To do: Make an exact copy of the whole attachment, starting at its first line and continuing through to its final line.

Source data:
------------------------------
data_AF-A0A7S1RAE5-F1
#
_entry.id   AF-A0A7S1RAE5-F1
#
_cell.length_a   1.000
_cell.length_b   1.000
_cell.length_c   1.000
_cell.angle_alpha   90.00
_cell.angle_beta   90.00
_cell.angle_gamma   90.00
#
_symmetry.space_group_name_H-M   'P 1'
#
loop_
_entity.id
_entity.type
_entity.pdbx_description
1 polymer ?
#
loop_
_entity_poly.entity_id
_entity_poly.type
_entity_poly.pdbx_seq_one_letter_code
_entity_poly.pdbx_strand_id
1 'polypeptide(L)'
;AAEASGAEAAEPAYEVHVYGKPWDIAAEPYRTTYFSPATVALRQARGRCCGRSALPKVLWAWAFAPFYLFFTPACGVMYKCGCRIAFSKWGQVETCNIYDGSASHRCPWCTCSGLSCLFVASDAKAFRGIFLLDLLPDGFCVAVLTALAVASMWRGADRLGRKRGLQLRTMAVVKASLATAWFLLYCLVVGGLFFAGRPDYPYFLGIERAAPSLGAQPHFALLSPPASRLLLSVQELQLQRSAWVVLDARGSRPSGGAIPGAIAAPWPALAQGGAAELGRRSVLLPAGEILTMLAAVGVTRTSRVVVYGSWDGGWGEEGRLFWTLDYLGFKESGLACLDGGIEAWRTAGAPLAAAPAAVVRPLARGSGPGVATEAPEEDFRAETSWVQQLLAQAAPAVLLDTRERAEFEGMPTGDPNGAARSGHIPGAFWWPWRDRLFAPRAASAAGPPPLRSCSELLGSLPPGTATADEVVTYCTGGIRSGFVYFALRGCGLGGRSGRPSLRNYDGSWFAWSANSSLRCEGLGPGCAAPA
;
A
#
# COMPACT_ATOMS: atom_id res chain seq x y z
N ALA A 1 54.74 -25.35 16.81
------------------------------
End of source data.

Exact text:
data_AF-A0A7S1RAE5-F1
#
_entry.id   AF-A0A7S1RAE5-F1
#
_cell.length_a   1.000
_cell.length_b   1.000
_cell.length_c   1.000
_cell.angle_alpha   90.00
_cell.angle_beta   90.00
_cell.angle_gamma   90.00
#
_symmetry.space_group_name_H-M   'P 1'
#
loop_
_entity.id
_entity.type
_entity.pdbx_description
1 polymer ?
#
loop_
_entity_poly.entity_id
_entity_poly.type
_entity_poly.pdbx_seq_one_letter_code
_entity_poly.pdbx_strand_id
1 'polypeptide(L)'
;AAEASGAEAAEPAYEVHVYGKPWDIAAEPYRTTYFSPATVALRQARGRCCGRSALPKVLWAWAFAPFYLFFTPACGVMYKCGCRIAFSKWGQVETCNIYDGSASHRCPWCTCSGLSCLFVASDAKAFRGIFLLDLLPDGFCVAVLTALAVASMWRGADRLGRKRGLQLRTMAVVKASLATAWFLLYCLVVGGLFFAGRPDYPYFLGIERAAPSLGAQPHFALLSPPASRLLLSVQELQLQRSAWVVLDARGSRPSGGAIPGAIAAPWPALAQGGAAELGRRSVLLPAGEILTMLAAVGVTRTSRVVVYGSWDGGWGEEGRLFWTLDYLGFKESGLACLDGGIEAWRTAGAPLAAAPAAVVRPLARGSGPGVATEAPEEDFRAETSWVQQLLAQAAPAVLLDTRERAEFEGMPTGDPNGAARSGHIPGAFWWPWRDRLFAPRAASAAGPPPLRSCSELLGSLPPGTATADEVVTYCTGGIRSGFVYFALRGCGLGGRSGRPSLRNYDGSWFAWSANSSLRCEGLGPGCAAPA
;
A
#
# COMPACT_ATOMS: atom_id res chain seq x y z
N ALA A 1 54.74 -25.35 16.81